"A child's learning is the funtion more of the characteristics of his classmates than those of the teacher." James Coleman, 1972

Wednesday, February 25, 2009

Obama's Okey-Doke #2: Iraq

"You all know the okey-doke," Obama told voters in Mississippi, "when someone's trying to bamboozle you, when they're trying to hoodwink you."
Apparently, the President's team has learned a goodly amount about the use of the okey-doke. As noted below by Bracey, the White House used some of the old Spellings okey-doke to push the Business Roundtable's agenda of creating 20 college graduates for every available job as a way to grow our own domestic version of exploited workers.

Did anyone notice that, just a couple of hours before yesterday's speech, the White House offered to add 3-6 months to the Iraq withdrawal timetable and to leave up to 55,000 GIs there after "bringing our troops home."

From the NYTimes
:

. . . .In recent weeks, Mr. Gates and Adm. Mike Mullen, chairman of the Joint Chiefs of Staff, discussed the three withdrawal options — 16, 19 and 23 months — with the president. Pentagon officials characterized the talks as extensive and said that each option was presented with what Mr. Gates and Admiral Mullen saw as the accompanying risks.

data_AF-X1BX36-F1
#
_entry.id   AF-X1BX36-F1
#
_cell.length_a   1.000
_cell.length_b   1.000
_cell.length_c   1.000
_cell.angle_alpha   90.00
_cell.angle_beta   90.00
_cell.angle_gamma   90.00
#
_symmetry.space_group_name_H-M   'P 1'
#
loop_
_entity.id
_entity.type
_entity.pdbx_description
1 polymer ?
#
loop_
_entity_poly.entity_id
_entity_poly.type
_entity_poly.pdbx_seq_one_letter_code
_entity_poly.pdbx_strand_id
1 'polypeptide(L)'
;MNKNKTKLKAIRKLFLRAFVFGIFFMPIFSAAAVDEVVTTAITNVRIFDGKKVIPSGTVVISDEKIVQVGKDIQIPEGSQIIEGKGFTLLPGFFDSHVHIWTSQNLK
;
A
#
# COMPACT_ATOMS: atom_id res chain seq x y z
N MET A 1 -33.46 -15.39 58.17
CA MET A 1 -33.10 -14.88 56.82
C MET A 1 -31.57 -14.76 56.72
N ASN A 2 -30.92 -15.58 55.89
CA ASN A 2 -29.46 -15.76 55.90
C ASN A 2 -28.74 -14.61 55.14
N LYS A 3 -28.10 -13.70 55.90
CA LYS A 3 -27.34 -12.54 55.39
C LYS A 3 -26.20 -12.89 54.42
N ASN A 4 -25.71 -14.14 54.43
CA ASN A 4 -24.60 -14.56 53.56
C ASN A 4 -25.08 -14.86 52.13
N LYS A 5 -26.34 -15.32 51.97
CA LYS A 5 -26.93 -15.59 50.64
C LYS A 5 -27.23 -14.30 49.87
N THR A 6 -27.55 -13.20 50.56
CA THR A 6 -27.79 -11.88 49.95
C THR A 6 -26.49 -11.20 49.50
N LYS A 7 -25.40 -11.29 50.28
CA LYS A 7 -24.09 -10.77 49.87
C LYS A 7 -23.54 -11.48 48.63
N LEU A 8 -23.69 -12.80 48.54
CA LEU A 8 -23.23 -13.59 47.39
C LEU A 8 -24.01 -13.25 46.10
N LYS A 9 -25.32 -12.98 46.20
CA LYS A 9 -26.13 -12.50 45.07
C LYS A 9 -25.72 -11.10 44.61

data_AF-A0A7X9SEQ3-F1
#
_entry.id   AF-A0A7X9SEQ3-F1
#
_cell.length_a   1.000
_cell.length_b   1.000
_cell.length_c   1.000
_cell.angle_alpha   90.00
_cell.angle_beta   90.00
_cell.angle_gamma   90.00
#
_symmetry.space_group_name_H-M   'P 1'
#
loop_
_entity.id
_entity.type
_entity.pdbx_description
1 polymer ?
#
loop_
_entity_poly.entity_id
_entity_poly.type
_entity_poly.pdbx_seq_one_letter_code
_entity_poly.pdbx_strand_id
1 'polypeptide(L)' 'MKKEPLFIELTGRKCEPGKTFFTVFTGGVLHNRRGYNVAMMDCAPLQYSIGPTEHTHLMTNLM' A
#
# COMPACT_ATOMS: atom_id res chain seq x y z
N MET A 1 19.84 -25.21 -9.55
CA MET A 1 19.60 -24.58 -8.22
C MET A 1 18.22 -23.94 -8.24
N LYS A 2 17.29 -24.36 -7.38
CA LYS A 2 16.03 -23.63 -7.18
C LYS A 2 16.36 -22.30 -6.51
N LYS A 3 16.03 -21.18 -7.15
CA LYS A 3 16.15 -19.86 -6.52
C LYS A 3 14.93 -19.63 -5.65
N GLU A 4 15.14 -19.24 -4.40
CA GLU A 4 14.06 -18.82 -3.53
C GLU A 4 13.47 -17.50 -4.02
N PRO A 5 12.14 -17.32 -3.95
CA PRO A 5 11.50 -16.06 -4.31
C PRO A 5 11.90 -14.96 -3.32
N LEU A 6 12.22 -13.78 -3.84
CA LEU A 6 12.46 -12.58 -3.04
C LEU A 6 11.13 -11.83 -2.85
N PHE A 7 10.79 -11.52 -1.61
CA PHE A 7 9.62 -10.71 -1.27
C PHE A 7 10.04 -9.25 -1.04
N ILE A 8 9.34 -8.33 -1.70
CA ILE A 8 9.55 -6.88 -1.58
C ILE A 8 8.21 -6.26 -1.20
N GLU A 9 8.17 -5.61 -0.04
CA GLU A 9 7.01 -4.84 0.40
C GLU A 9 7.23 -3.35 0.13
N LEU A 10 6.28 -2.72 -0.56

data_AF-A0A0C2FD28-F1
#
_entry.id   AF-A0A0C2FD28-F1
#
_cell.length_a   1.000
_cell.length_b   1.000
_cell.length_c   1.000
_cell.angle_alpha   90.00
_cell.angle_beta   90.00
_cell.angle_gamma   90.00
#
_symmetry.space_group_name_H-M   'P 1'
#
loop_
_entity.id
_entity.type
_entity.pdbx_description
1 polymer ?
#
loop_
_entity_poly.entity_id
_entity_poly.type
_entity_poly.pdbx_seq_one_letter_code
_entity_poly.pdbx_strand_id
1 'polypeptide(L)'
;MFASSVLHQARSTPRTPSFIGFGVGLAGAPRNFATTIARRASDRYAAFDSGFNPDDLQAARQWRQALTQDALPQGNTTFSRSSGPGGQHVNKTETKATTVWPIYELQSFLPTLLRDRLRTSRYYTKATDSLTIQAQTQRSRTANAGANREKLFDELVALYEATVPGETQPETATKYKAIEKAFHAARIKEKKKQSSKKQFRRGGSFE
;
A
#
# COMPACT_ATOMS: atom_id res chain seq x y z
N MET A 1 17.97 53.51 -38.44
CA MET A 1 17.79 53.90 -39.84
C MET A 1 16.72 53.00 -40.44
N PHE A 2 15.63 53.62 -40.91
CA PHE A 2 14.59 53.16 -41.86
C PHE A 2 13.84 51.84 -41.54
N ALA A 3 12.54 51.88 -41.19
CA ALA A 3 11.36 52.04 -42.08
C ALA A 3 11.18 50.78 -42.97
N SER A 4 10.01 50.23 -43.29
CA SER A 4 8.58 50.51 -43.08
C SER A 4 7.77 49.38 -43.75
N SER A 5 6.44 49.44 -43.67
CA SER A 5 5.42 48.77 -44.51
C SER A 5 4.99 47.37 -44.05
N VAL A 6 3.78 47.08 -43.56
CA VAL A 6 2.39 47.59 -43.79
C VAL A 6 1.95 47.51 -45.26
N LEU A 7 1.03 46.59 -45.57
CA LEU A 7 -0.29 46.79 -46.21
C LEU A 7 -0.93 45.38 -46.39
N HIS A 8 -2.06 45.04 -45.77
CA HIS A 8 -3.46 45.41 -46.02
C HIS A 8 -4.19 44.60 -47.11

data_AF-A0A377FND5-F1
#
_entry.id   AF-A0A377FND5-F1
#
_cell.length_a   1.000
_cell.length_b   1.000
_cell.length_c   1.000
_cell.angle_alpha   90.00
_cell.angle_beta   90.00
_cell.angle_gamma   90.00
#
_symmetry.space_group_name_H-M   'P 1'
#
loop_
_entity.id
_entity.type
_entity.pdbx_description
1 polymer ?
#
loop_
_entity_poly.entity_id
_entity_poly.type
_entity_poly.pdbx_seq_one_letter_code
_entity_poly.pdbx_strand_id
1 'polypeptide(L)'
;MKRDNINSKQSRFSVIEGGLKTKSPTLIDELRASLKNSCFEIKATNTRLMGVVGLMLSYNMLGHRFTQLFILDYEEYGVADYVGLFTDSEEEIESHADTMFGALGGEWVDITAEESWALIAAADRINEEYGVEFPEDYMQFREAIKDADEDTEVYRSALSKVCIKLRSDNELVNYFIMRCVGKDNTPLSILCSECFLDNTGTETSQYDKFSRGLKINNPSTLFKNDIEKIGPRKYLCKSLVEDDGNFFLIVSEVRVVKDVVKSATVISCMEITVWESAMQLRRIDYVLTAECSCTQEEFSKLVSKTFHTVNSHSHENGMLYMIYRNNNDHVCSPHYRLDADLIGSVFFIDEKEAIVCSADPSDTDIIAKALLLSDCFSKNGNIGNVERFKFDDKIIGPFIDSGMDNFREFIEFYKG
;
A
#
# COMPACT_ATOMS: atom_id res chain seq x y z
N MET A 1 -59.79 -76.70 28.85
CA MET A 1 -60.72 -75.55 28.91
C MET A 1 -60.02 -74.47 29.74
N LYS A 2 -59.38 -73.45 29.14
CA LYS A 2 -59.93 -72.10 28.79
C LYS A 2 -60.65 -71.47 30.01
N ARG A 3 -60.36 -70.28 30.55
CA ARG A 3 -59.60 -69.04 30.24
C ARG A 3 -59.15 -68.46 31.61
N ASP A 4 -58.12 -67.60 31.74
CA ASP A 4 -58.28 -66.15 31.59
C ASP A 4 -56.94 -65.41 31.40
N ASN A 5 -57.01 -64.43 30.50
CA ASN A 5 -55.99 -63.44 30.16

Both Mr. Gates and Admiral Mullen made their own recommendations to the president about what they saw as the best option, but Pentagon officials declined to specify them. One senior defense official did say that Mr. Gates “has historically always been extremely deferential to his commanders in the field.”

The top two commanders responsible for Iraq, Gen. David H. Petraeus and Gen. Ray Odierno, have declined to say what options they preferred, but military officials have made it clear that the two were uncomfortable with the 16-month plan that Mr. Obama backed during the campaign.

Pentagon officials said Tuesday that they did not know what the size of the residual force in Iraq might be, although one of Mr. Obama’s national security advisers said during the campaign that it could number 30,000 to 55,000 troops. . . .

This is much more sophisticated than the Bush team, which dumped bad news on Friday afternoons. Much more.

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